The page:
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Published: Thursday, 8/12/2004

Toledo: Wall becomes pallet for gardening

BY MIKE JONES
BLADE STAFF WRITER
Merle Peoples, Jonathon Parsons, and Don French view their volunteer efforts at the intersection of Sherbrooke Road and the expressway. Merle Peoples, Jonathon Parsons, and Don French view their volunteer efforts at the intersection of Sherbrooke Road and the expressway.
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The wall looms over the expressway as cars and trucks rumble past a West Toledo neighborhood.

And although it muffles the noise from I-475 for those living on the other side, it imposes a drab presence to some of the neighbors looking at it.

Some of those living nearest the wall east of Sherbrooke Road decided to use the large, bland slab as a pallet for gardening.

At the end of St. Bernard Drive, John Czarnecki began about three years ago with Boston and English ivy that now climbs to the top of the wall in different shades of green.

He planted roses bushes that provide a red slash of color and help disguise a guardrail.

There are weeping mulberry and weeping cherry trees along that stretch of the wall.

To the west, at the end of Northwood Avenue, Jonathan Parsons began to expand a garden that now ranges as far as Sherbrooke, behind his house, and he said consists of about 10,000 different plants.

"I think I have an example of just about every species,'' that grows in the area, he said.

Mr. Parsons said that he has always worked in and taught landscaping and although he gardened anyway, the wall was an impetus to show off more plants and more color.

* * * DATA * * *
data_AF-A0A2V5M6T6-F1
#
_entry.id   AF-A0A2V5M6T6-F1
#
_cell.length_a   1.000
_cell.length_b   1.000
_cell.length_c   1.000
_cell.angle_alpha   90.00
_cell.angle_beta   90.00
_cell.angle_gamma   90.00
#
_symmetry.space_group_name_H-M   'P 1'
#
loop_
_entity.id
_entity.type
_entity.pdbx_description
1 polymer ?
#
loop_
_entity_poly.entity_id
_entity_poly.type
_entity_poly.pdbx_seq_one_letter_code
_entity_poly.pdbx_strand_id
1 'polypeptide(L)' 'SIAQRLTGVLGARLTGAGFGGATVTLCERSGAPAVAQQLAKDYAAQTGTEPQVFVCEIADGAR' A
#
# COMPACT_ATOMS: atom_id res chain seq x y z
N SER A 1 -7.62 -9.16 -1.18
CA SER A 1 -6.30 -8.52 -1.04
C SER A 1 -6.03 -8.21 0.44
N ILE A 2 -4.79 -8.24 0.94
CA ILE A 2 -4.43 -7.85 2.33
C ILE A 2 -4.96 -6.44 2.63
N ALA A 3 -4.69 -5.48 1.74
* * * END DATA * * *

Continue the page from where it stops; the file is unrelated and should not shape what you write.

At some points, turning in a circle creates a kaleidoscopic view of reds, yellows, purples and greens.

Other colors and textures are created by the plants that are interspersed with brick walkways and sculptures.

Hoses run from the homes of Mr. Czarnecki and Mr. Parsons to water the colorful canvas.

Mr. Parsons said his enjoyment of gardening has been enhanced because other neighbors have joined in to help.

"Community gardens help bring neighbors together,'' he said. "It's all been very enjoyable.''

He said he likes the fact that neighborhood children treat the area as a park and that they are often walking along the walkways with their pets or throwing balls back and forth.

"I suppose you could be worried about what might happen,'' but he considers the property a neighborhood asset and that people who live nearby should enjoy it.

Mr. Parsons is so interested in letting people see what a neighborhood has done to change the view, that he has distributed leaflets to advertise an open house Saturday to show off the community park.

Contact Mike Jones at:

mjones@theblade.com

or 419-724-6096



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